Domestic servants occupy in France a somewhat more elevated position in the social scale than is accorded them in other countries. As a class, too, they are more intelligent, better educated, and more skillful than servants elsewhere. There are several works in the French language designed expressly for their instruction, some of the best of which were written, or professed to have been written, by servants. On the counter of a French bookstore you will sometimes see such works as the following: „The Perfect Coachman,” „The Life of Jasmin, the Good Laquey,” „Rules for the Government of Shepherds and Shepherdesses, by the Good Shepherd,” „The Well-Regulated Household,” „Duties of Servants of both Sexes toward God and toward their Masters and Mistresses, by a Servant,” „How to Train a Good-Domestic.”

Some books of this kind are of considerable antiquity and have assisted in forming several generations of domestic servants. One of them, it is said, entitled, „The Perfect Coachman,” was written by a prince of the reigning house of France. In France, as in most old countries, few people expect to change their condition in life. Once a servant, always a servant. It is common for parents in humble life to apprentice their children to some branch of domestic service, satisfied if they become excellent in their vocation, and win at length the distinctions and promotions which belong to it.

Lady Morgan, who visited Paris several years ago, relates an anecdote or two showing how intelligent some French servants are. She was walking along the Quai Voltaire, followed by her French lackey, when he suddenly came to her side and, pointing to a house, said: –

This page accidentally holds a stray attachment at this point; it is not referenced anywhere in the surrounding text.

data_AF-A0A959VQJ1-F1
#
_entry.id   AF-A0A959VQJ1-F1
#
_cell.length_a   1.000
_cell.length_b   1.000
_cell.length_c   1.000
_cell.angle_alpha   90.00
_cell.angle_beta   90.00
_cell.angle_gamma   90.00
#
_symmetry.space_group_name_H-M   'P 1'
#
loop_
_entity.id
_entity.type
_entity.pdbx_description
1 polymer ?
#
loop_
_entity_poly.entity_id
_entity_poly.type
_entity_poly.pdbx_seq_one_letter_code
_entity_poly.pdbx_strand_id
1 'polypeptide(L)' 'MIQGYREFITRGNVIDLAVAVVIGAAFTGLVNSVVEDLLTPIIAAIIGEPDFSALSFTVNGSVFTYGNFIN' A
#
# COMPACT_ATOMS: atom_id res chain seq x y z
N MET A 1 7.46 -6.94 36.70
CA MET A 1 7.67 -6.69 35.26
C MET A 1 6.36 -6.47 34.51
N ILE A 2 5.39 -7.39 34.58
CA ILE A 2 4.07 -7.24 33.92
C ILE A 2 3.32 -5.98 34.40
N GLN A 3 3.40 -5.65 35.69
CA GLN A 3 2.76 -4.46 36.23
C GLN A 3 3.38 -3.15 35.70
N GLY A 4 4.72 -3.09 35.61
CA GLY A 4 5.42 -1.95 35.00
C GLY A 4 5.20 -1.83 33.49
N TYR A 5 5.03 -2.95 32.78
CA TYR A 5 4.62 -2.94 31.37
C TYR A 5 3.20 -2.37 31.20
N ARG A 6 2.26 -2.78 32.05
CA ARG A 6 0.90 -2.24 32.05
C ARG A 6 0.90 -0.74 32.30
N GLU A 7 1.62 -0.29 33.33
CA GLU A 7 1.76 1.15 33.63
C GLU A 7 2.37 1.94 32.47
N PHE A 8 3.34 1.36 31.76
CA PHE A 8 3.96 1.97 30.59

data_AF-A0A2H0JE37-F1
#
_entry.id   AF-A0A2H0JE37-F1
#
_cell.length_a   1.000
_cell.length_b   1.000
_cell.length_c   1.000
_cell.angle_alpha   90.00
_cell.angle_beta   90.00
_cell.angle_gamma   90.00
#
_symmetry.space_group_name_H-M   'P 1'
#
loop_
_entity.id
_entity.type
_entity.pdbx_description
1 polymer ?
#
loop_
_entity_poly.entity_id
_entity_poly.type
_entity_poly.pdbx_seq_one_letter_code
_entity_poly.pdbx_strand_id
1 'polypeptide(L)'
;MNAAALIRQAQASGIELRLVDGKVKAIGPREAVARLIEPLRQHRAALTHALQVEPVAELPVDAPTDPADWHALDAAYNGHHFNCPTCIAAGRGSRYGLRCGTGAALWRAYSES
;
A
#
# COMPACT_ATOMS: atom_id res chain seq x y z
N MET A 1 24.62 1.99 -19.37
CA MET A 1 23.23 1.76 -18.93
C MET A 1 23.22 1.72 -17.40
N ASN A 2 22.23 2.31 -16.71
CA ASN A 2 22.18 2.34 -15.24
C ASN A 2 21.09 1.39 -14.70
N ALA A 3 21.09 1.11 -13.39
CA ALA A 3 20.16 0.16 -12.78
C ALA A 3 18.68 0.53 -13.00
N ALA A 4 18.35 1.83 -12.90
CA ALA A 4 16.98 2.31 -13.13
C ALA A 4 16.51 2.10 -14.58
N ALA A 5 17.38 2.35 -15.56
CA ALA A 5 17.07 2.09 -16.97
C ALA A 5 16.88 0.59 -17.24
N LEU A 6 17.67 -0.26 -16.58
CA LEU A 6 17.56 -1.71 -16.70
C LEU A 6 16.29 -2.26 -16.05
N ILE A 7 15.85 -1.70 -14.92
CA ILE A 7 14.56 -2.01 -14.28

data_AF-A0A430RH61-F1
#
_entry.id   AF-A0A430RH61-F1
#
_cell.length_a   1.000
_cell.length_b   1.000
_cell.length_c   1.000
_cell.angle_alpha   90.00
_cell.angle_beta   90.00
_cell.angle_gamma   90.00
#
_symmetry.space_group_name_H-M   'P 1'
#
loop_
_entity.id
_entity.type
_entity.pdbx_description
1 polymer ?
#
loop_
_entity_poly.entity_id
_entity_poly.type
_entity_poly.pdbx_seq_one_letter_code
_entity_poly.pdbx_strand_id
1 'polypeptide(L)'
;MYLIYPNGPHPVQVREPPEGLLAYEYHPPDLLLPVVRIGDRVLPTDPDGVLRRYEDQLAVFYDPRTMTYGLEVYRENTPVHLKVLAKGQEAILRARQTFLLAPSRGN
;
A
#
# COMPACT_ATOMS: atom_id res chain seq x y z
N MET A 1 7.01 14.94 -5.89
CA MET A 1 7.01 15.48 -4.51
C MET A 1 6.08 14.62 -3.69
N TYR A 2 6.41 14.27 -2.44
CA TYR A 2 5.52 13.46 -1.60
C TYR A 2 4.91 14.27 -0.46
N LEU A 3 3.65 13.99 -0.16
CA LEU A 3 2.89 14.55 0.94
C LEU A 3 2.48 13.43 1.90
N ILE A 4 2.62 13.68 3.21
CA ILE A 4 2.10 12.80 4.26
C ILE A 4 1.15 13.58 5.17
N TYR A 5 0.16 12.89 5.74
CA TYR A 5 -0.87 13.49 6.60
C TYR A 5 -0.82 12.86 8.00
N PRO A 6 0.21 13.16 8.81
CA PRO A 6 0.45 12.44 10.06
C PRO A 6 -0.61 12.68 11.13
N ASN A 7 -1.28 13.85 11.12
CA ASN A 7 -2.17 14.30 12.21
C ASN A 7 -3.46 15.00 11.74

„There, madam, is a house consecrated to genius. There died Voltaire – in that apartment with the shutters closed. There died the first of our great men; perhaps also the last.”

On another occasion the same man objected to a note which she had written in the French language.

„Is it not good French, then?” asked the lady.

„Oh, yes, madam,” replied he; „the French is very good, but the style is too cold. You begin by saying, You regret that you cannot have the pleasure. You should say, I am in despair.”

„Well, then,” said Lady Morgan, „write it yourself.”

„You may write it, if you please, my lady, at my dictation, for as to reading and writing, they are branches of my education which were totally neglected.”

The lady remarks, however, that Paris servants can usually read very well, and that hackmen, water-carriers, and porters may frequently be seen reading a classical author while waiting for a customer.

A very remarkable case in point is Marie-Antoine Carème, whom a French writer styles, „one of the princes of the culinary art.” I suppose that no country in the world but France could produce such a character. Of this, however, the reader can judge when I have briefly told his story.

He was born in a Paris garret, in 1784, one of a family of fifteen children, the offspring of a poor workman. As soon as he was old enough to render a little service, his father placed him as a garçon in a cheap and low restaurant, where he received nothing for his labor except his food.

This was an humble beginning for a „prince.” But he improved his disadvantages to such a degree that, at the age of twenty, he entered the kitchen of Talleyrand. Now Prince Talleyrand, besides being himself one of the daintiest men in Europe, had to entertain, as minister of foreign affairs, the diplomatic corps, and a large number of other persons accustomed from their youth up to artistic cookery. Carème proved equal to the situation. Talleyrand’s dinners were renowned throughout Europe and America. But this cook of genius, not satisfied with his attainments, took lessons in the art from Guipière, the renowned chef of the Emperor Napoleon – he who followed Murat into the wilds of Russia and perished with so many other cooks and heroes.